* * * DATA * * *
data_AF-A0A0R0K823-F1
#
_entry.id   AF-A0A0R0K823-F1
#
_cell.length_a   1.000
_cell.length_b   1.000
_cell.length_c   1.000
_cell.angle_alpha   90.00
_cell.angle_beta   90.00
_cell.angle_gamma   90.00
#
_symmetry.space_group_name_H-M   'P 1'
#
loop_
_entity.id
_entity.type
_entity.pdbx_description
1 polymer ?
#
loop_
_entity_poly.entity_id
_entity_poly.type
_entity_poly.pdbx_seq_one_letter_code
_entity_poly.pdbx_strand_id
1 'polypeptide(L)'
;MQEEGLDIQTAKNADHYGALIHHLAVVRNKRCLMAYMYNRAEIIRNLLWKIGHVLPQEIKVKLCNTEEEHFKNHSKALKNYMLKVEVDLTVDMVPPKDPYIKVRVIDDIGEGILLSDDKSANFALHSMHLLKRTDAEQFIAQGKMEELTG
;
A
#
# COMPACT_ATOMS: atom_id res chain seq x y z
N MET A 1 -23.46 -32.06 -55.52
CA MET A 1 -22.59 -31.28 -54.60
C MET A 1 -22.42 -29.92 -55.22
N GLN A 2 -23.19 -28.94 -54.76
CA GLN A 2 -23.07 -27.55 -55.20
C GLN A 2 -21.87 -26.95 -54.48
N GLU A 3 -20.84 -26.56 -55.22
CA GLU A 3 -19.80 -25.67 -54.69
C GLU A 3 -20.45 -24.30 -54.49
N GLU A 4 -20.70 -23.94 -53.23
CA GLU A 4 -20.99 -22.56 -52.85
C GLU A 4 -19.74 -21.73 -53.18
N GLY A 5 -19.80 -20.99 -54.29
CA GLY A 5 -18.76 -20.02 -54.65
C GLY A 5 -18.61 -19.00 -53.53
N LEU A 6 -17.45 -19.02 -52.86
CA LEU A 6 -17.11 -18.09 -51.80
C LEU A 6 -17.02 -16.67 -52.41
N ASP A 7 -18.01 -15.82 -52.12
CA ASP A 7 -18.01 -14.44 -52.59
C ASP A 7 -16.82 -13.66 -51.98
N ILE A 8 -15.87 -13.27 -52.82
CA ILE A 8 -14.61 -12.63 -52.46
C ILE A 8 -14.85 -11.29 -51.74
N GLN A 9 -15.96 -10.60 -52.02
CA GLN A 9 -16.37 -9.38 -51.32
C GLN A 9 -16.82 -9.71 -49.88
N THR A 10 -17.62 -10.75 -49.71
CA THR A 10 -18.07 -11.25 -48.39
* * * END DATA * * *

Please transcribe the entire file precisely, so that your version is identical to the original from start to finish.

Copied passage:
data_AF-A0A0R0K823-F1
#
_entry.id   AF-A0A0R0K823-F1
#
_cell.length_a   1.000
_cell.length_b   1.000
_cell.length_c   1.000
_cell.angle_alpha   90.00
_cell.angle_beta   90.00
_cell.angle_gamma   90.00
#
_symmetry.space_group_name_H-M   'P 1'
#
loop_
_entity.id
_entity.type
_entity.pdbx_description
1 polymer ?
#
loop_
_entity_poly.entity_id
_entity_poly.type
_entity_poly.pdbx_seq_one_letter_code
_entity_poly.pdbx_strand_id
1 'polypeptide(L)'
;MQEEGLDIQTAKNADHYGALIHHLAVVRNKRCLMAYMYNRAEIIRNLLWKIGHVLPQEIKVKLCNTEEEHFKNHSKALKNYMLKVEVDLTVDMVPPKDPYIKVRVIDDIGEGILLSDDKSANFALHSMHLLKRTDAEQFIAQGKMEELTG
;
A
#
# COMPACT_ATOMS: atom_id res chain seq x y z
N MET A 1 -23.46 -32.06 -55.52
CA MET A 1 -22.59 -31.28 -54.60
C MET A 1 -22.42 -29.92 -55.22
N GLN A 2 -23.19 -28.94 -54.76
CA GLN A 2 -23.07 -27.55 -55.20
C GLN A 2 -21.87 -26.95 -54.48
N GLU A 3 -20.84 -26.56 -55.22
CA GLU A 3 -19.80 -25.67 -54.69
C GLU A 3 -20.45 -24.30 -54.49
N GLU A 4 -20.70 -23.94 -53.23
CA GLU A 4 -20.99 -22.56 -52.85
C GLU A 4 -19.74 -21.73 -53.18
N GLY A 5 -19.80 -20.99 -54.29
CA GLY A 5 -18.76 -20.02 -54.65
C GLY A 5 -18.61 -19.00 -53.53
N LEU A 6 -17.45 -19.02 -52.86
CA LEU A 6 -17.11 -18.09 -51.80
C LEU A 6 -17.02 -16.67 -52.41
N ASP A 7 -18.01 -15.82 -52.12
CA ASP A 7 -18.01 -14.44 -52.59
C ASP A 7 -16.82 -13.66 -51.98
N ILE A 8 -15.87 -13.27 -52.82
CA ILE A 8 -14.61 -12.63 -52.46
C ILE A 8 -14.85 -11.29 -51.74
N GLN A 9 -15.96 -10.60 -52.02
CA GLN A 9 -16.37 -9.38 -51.32
C GLN A 9 -16.82 -9.71 -49.88
N THR A 10 -17.62 -10.75 -49.71
CA THR A 10 -18.07 -11.25 -48.39